The Perfect Spill: Solutions for Averting the Next Deepwater Horizon
While I agree with the authors thesis in its entirety there are some cautionary issues. The use of environmental bonding typically does not work well. Work that my co-author Matt Andersen and I are completing on costs and bonding in Wyoming's oil and gas fields suggests that the way the federal government goes about about bonding makes the bond a sunk cost and not a "promise to pay". The only thing that keeps firms doing some reclamation is reputation damages. Bonds in the oil and gas field are usually not cash bonds. They are usually a surety insurance contract or a lien on equipment (think about the depreciation of the equipment). Moreover the Government allows large companies to post "blanket bonds" that cover the entire state, or nation (in the case of BP). The result is that the average bond value is about 20% of the actual cost of doing the reclamation. Federal Agencies do not have the staff to monitor the 68,000 wells so even if reclamation is "done" there is a distinct possibility that the area is under-reclaimed: "Declare victory and leave".
Our preliminary work so far also suggests that one has to be careful you are not forcing a choice between the bond release and the cost of capital in the industry relative to other areas of investment. If we want companies to develop those fields we need to be careful about the opportunity cost of capital. That said though the lesson we've come away with so far is that we need real cash bonds, and bonds invested in financial instruments to account for the time value of money. The bonds need to be valued at the level the authors are proposing, but we also need a more community based approach at monitoring. The Federal Govt cannot do a sufficient job at monitoring environmental safety and success of these developments.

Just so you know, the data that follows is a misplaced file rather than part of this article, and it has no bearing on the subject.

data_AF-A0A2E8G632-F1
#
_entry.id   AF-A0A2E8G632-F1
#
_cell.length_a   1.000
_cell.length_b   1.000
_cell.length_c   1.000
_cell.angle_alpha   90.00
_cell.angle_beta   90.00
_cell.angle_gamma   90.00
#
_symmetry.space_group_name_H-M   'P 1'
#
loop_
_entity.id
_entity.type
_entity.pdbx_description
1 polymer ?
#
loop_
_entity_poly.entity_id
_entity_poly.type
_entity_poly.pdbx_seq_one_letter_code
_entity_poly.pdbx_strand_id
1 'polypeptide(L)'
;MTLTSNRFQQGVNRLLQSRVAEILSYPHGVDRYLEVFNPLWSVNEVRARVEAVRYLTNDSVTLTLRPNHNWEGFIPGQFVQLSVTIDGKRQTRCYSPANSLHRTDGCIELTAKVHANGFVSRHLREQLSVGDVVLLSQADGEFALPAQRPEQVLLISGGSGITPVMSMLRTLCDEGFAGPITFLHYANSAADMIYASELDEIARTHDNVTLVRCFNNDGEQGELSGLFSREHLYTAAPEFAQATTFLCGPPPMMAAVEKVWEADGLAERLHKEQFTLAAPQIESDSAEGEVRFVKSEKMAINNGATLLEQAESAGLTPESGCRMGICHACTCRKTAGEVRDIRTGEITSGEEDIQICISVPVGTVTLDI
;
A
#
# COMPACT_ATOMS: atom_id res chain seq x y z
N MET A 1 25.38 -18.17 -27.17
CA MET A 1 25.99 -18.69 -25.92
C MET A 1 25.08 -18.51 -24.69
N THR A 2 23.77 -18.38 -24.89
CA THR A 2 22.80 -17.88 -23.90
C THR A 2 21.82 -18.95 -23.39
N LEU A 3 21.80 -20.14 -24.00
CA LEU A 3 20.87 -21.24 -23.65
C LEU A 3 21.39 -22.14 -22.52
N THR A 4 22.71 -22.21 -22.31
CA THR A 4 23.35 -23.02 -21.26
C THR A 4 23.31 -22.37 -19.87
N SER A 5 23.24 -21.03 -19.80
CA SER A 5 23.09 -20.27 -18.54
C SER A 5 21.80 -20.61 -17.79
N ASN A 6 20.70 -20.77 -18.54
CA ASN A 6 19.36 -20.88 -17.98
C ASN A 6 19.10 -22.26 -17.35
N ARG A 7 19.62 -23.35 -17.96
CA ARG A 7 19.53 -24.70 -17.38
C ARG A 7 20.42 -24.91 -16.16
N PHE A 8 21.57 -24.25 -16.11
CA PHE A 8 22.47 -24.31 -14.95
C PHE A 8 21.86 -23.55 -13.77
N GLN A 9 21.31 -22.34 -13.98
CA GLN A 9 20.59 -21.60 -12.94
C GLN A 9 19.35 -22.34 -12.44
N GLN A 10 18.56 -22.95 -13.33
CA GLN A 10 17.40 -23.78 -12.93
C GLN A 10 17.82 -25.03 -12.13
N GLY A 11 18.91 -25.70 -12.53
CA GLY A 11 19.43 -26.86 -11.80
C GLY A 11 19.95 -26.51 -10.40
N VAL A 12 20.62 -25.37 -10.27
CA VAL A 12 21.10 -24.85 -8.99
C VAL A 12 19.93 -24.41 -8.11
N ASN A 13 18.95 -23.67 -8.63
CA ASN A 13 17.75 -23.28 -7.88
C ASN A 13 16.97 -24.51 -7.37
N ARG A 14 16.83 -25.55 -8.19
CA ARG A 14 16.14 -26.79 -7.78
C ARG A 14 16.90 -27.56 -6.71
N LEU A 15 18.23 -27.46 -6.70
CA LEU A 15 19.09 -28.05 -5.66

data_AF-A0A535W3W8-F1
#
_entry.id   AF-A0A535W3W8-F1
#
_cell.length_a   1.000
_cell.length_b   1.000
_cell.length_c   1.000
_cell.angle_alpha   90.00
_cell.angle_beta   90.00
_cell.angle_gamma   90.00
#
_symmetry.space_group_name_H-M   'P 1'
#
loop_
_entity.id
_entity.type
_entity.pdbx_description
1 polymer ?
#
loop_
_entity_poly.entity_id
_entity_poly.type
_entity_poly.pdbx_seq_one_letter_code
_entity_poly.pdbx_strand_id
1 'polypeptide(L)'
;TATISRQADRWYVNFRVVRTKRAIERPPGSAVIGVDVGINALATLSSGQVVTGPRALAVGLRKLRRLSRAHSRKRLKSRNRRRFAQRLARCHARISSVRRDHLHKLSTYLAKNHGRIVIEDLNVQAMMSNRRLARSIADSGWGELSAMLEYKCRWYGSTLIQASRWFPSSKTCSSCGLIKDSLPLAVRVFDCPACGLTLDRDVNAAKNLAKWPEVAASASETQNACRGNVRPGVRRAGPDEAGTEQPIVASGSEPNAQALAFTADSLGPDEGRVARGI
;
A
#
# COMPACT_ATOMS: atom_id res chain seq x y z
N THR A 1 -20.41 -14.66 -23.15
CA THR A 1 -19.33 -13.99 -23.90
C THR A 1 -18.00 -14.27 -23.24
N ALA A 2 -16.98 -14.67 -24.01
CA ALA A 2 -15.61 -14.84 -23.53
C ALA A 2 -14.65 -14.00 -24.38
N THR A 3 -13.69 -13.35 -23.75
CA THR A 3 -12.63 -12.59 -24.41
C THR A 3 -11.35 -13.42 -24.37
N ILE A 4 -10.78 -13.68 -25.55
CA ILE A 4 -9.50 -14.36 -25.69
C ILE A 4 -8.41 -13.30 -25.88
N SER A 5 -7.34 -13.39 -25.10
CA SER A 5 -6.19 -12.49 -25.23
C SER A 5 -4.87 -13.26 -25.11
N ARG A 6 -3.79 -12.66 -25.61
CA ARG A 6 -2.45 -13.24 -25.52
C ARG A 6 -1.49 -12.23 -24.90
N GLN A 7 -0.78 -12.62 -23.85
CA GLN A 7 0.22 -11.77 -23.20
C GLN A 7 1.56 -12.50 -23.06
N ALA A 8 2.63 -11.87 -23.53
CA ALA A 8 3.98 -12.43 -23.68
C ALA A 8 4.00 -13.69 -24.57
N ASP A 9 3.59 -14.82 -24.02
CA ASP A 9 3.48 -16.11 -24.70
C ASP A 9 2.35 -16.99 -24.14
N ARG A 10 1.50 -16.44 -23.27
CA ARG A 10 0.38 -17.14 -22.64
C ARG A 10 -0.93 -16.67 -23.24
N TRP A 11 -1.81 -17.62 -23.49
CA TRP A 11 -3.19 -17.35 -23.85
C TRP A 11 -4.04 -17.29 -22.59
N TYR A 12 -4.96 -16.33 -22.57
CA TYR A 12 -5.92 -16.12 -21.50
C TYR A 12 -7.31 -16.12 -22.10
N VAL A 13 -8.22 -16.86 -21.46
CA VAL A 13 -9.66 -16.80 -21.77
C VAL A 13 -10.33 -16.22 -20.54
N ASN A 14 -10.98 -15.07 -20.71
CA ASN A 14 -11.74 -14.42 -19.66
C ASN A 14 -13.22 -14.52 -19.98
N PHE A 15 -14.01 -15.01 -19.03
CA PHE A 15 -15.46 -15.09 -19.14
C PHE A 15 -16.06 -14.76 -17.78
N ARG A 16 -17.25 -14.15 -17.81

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Exploring solutions presented in our special July/August issue on Appalachia
Getting to 350: Building Strategies for 21st Century Aspirations
Bowdoin College's Phil Camill offers a fresh perspective to the issues surrounding environmental change.
Designing the Future of the Earth Co-operatively.
United Nations Climate Change Conference (Dec 7-18, 2009)
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